5 Rules for Choosing the Right Protein Powder

Some people feel that using protein powder to get protein levels up is cheating. I disagree.

Given that getting enough protein is an important part of steady energy, even mood, and stable blood sugar, I personally feel that it is often a great option for a boost.

You can check out another post I wrote about getting enough protein if you like but TL;DR the lion’s share of my patients and clients think they are getting enough protein but would do better with significantly more. I’ll add that people tend to be pretty resistant to this idea but over the last 20+ years of my practice I’ve seen it to be true more often than not.

My approach to individualized care is always- ‘let’s try it and see how you feel’. Almost all the time people feel better from increasing protein. Much better.

The rub though is that not everyone wants to eat meat at every meal. And although there are vegetarian sources of protein (and I’m not opposed to vegetarian diets on principle) most of the vegetarian foods that we think of as protein (such as beans and nuts) are more fat or carbs than protein. You can find specific examples here.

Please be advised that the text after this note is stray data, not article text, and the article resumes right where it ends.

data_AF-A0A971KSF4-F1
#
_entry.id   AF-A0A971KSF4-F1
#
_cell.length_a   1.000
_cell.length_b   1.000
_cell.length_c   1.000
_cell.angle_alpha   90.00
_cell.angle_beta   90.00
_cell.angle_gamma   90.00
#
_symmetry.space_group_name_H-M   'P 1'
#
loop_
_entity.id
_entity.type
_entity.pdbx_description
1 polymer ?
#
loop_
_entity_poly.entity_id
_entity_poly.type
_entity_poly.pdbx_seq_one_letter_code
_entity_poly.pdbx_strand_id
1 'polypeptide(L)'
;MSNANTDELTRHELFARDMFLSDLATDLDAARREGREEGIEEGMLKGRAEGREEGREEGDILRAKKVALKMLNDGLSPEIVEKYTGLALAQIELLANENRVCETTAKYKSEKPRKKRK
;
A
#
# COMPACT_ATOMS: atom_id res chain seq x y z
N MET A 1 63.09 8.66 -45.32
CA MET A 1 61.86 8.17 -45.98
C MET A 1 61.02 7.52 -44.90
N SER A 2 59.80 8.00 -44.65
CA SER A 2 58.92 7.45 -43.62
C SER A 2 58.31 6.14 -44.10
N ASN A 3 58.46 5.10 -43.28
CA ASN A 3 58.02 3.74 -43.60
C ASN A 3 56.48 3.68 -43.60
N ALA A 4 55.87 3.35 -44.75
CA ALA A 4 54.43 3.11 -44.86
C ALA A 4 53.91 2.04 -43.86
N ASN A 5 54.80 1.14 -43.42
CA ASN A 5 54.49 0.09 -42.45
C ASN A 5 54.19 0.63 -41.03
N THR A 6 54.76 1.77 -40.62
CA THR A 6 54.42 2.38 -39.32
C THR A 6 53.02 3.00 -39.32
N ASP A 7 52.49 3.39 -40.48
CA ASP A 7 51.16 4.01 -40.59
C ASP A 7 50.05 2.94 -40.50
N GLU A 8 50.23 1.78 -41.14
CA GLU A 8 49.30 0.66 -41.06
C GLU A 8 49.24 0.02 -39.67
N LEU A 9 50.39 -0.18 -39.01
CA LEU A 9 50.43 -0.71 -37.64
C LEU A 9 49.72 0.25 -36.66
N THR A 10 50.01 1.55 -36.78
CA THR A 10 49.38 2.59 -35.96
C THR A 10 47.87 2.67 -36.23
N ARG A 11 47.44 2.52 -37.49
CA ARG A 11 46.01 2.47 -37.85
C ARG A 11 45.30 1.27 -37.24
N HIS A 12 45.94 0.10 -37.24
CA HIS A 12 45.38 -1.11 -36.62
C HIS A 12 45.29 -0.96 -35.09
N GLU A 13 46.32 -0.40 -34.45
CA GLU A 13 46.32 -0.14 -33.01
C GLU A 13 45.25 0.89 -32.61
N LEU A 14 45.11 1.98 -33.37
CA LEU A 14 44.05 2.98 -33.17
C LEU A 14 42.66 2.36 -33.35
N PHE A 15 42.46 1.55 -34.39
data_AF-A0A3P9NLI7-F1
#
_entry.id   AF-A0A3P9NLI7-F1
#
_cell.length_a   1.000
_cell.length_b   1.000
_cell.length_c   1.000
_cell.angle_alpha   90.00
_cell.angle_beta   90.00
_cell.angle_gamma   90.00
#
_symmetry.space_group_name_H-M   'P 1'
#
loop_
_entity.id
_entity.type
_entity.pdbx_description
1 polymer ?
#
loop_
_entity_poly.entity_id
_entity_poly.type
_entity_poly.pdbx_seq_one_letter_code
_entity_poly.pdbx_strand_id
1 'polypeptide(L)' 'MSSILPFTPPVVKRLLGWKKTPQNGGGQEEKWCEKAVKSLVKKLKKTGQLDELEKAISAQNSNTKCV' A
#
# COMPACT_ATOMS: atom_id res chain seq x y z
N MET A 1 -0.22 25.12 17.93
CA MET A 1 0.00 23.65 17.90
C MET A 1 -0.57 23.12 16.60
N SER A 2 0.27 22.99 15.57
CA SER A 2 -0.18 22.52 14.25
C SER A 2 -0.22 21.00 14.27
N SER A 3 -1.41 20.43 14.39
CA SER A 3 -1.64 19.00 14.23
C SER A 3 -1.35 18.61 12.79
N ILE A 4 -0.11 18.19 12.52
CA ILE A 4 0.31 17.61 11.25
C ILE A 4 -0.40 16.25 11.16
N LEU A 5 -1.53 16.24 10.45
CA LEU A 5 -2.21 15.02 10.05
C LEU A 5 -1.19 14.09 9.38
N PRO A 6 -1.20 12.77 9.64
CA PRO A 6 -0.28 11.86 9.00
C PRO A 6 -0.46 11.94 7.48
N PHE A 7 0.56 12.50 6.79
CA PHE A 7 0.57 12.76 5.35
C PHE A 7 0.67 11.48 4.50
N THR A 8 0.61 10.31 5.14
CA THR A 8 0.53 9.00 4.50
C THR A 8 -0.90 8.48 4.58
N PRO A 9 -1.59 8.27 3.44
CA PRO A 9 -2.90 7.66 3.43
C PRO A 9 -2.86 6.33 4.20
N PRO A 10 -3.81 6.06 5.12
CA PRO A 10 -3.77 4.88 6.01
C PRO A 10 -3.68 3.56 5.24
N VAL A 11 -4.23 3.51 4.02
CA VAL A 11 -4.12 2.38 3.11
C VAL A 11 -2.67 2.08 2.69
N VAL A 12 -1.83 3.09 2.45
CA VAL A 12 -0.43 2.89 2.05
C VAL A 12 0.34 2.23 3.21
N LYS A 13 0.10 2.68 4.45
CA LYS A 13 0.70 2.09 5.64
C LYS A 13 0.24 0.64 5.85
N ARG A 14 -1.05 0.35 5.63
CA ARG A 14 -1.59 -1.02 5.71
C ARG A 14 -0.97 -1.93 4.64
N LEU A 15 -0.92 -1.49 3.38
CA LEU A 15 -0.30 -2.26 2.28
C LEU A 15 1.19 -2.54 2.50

So, for many of my vegetarian patients and clients, or those who simply want a boost to their diets, I suggest protein powder.

When I started my practice twenty years ago there were only a few options for protein powder—soy and whey. And usually they tasted terrible.

Now we have so many different kinds of protein powder that it’s easy to get lost in the weeds trying to figure out what’s what.

My 5 rules for selecting a protein powder:

Rule #1: Don’t buy protein powder with a half naked weightlifter on the bottle.

Rule #2: Avoid protein that has a sweetener that ends in –ol.

Rule #3: Avoid protein powder with a laundry list of ingredients.

Rule #4: Get straight protein powder, no flavors, no sweeteners and mix it with what you choose so you’re in control of the ingredients.

Rule #5: Skip the pre-mixed cans of protein drink; they almost always have too many carbs or some kind of unsavory sweetener.

Now let’s look at the benefits and drawbacks to the different types you can buy:

Remember, plain protein powder is best to be mixed with your own, real, food (my favorite protein smoothie recipe is here—the perfect balance of protein and carbs, just add more spinach, I’m not sure why I made that optional!) Just skip the ones with added ingredients!

I’ve linked some of the brands I like here. Please note they are affiliate links but of course you don’t need to click there…just included so you can see what I’ve vetted! You can get most of these at your local health food store, or even Costco or big box stores for those of you who do your shopping ther.e

Whey Protein Powder
  • Pros: Easy to absorb, mixes well, palatable taste and texture.
  • Cons: It’s dairy and many people do better without dairy because of allergies or sensitivitis (raises hand.)